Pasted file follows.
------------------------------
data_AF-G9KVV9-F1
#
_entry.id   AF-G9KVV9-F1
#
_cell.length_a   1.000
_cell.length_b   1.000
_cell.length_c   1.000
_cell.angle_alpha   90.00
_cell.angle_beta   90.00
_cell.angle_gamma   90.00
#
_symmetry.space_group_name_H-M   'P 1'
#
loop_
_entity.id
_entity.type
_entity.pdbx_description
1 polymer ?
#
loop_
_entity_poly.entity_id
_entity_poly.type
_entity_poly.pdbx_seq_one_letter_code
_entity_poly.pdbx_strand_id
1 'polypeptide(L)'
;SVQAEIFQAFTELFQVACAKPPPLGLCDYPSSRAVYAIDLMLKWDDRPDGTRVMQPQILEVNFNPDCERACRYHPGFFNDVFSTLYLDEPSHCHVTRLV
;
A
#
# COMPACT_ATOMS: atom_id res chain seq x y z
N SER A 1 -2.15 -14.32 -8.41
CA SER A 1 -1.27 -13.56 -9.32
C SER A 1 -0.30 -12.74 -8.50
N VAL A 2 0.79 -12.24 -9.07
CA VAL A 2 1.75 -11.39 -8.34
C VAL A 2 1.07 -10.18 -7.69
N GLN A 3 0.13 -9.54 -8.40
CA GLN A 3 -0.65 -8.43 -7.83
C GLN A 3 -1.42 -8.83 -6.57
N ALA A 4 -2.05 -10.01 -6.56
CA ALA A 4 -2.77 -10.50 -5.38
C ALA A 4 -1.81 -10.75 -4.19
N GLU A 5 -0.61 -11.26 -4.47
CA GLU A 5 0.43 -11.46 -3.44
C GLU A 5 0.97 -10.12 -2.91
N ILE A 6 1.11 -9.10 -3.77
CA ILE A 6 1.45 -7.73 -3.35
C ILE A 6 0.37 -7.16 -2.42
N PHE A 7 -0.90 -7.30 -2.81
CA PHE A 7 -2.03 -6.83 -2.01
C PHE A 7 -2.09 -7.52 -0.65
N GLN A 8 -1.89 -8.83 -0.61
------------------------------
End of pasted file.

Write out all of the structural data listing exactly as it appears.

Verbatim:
data_AF-G9KVV9-F1
#
_entry.id   AF-G9KVV9-F1
#
_cell.length_a   1.000
_cell.length_b   1.000
_cell.length_c   1.000
_cell.angle_alpha   90.00
_cell.angle_beta   90.00
_cell.angle_gamma   90.00
#
_symmetry.space_group_name_H-M   'P 1'
#
loop_
_entity.id
_entity.type
_entity.pdbx_description
1 polymer ?
#
loop_
_entity_poly.entity_id
_entity_poly.type
_entity_poly.pdbx_seq_one_letter_code
_entity_poly.pdbx_strand_id
1 'polypeptide(L)'
;SVQAEIFQAFTELFQVACAKPPPLGLCDYPSSRAVYAIDLMLKWDDRPDGTRVMQPQILEVNFNPDCERACRYHPGFFNDVFSTLYLDEPSHCHVTRLV
;
A
#
# COMPACT_ATOMS: atom_id res chain seq x y z
N SER A 1 -2.15 -14.32 -8.41
CA SER A 1 -1.27 -13.56 -9.32
C SER A 1 -0.30 -12.74 -8.50
N VAL A 2 0.79 -12.24 -9.07
CA VAL A 2 1.75 -11.39 -8.34
C VAL A 2 1.07 -10.18 -7.69
N GLN A 3 0.13 -9.54 -8.40
CA GLN A 3 -0.65 -8.43 -7.83
C GLN A 3 -1.42 -8.83 -6.57
N ALA A 4 -2.05 -10.01 -6.56
CA ALA A 4 -2.77 -10.50 -5.38
C ALA A 4 -1.81 -10.75 -4.19
N GLU A 5 -0.61 -11.26 -4.47
CA GLU A 5 0.43 -11.46 -3.44
C GLU A 5 0.97 -10.12 -2.91
N ILE A 6 1.11 -9.10 -3.77
CA ILE A 6 1.45 -7.73 -3.35
C ILE A 6 0.37 -7.16 -2.42
N PHE A 7 -0.90 -7.30 -2.81
CA PHE A 7 -2.03 -6.83 -2.01
C PHE A 7 -2.09 -7.52 -0.65
N GLN A 8 -1.89 -8.83 -0.61